She added that led to “a great conversation” with someone from the legal department.
She also criticized Townsquare in a private message she sent to McMahon, whom she thought was a friend, after being told he was hired.
“I want to say congrats, but mostly I want to ask you are you sure you want to work for Townsquare,” she wrote McMahon. “It is not good here. I am only reaching out because I generally care about you as a person. It is bad for me. We can talk if you want. Maybe it will be different for you because you are a guy. It is not a respectful workplace.”
She said McMahon relayed the message to Crowley, and later sent her a text saying he was “very sorry.”
Crowley appeared to reference the McMahon text in explaining to her why she was fired.
He wrote: “While you are a thousand percent entitled to how you feel and how you think, when you start openly talking about these things and thwarting the efforts of us the company to recruit people to the company and to the cluster that crosses the line and that is why we are letting you go for cause.”
She said she hasn’t heard from Moden since her ouster. But she heard from him before her firing, even though he was unaware of it.
During the Covid-19 pandemic, she had a video and audio feed working at home while Moden and Banks were in the studio. A button in the studio needed to be pushed for Townsend to talk. However, she said Moden and Banks didn’t realize that Townsend could hear what they were saying at all times.
“I was horrified by the things that I heard,” she said. “Even now I get sick to my stomach thinking about it because I had no idea that either of them felt this way about me.”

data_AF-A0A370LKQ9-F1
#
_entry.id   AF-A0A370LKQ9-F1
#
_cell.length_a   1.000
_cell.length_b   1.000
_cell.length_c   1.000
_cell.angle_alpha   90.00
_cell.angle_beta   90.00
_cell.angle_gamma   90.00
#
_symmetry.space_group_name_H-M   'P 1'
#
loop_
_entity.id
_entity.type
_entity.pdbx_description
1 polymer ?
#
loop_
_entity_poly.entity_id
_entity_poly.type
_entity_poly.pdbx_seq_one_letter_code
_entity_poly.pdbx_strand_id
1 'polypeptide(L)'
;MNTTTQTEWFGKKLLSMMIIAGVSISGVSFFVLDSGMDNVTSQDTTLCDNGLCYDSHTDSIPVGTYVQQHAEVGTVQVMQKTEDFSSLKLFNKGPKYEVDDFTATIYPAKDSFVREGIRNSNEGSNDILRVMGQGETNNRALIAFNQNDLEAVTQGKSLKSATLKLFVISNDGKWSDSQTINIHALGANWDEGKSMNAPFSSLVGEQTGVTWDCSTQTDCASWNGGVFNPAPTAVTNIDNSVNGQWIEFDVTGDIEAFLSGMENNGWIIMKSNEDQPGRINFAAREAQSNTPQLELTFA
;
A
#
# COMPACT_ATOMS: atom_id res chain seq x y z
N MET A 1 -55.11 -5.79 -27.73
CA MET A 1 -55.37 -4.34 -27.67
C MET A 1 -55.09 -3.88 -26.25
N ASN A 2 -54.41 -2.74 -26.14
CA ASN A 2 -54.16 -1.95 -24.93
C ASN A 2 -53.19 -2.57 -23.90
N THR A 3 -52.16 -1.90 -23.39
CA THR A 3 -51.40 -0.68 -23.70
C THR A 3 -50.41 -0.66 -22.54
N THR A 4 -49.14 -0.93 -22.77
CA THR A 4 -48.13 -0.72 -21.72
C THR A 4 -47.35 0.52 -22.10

She said she heard Moden and Banks plotting ways to box her out of conversations and then claim she wasn’t contributing enough.
“I felt like I was listening to the sabotage of my career,” she said.
She heard Moden suggest he could get rid of her by going to human resources and accusing her of sexual harassment after she gave him a gift – a cross-stitch of his favorite swear word. Townsend claimed the gift was intended to create an intimate relationship with a team by creating inside jokes.
“It took a whole week to sew,” said Townsend. “That really hurt because it was one of the things that I totally did with love.”
After hearing what was being said about her, Townsend said she had to go on the air acting like everything was fine.
“If they gave out Emmys for radio, I could have qualified,” said Townsend laughing.
In hindsight, Townsend said she might have gotten a hint about Moden’s feelings after she earned a “40 Under 40” honor from Business First in 2019. She said that Moden and Banks were overly enthusiastic at the ceremony. But afterwards, Crowley asked where she was going to keep it.
When Townsend replied it was going in the office, she claims Crowley told her, “I don’t think it is a good idea. … It might make Clay feel insecure, it might make it look like you are boasting.”
After getting a radio education, Townsend said she is happy to switch careers.
“I’m definitely done with local radio,” said Townsend. “Radio is not going to be a thing for me in Buffalo.”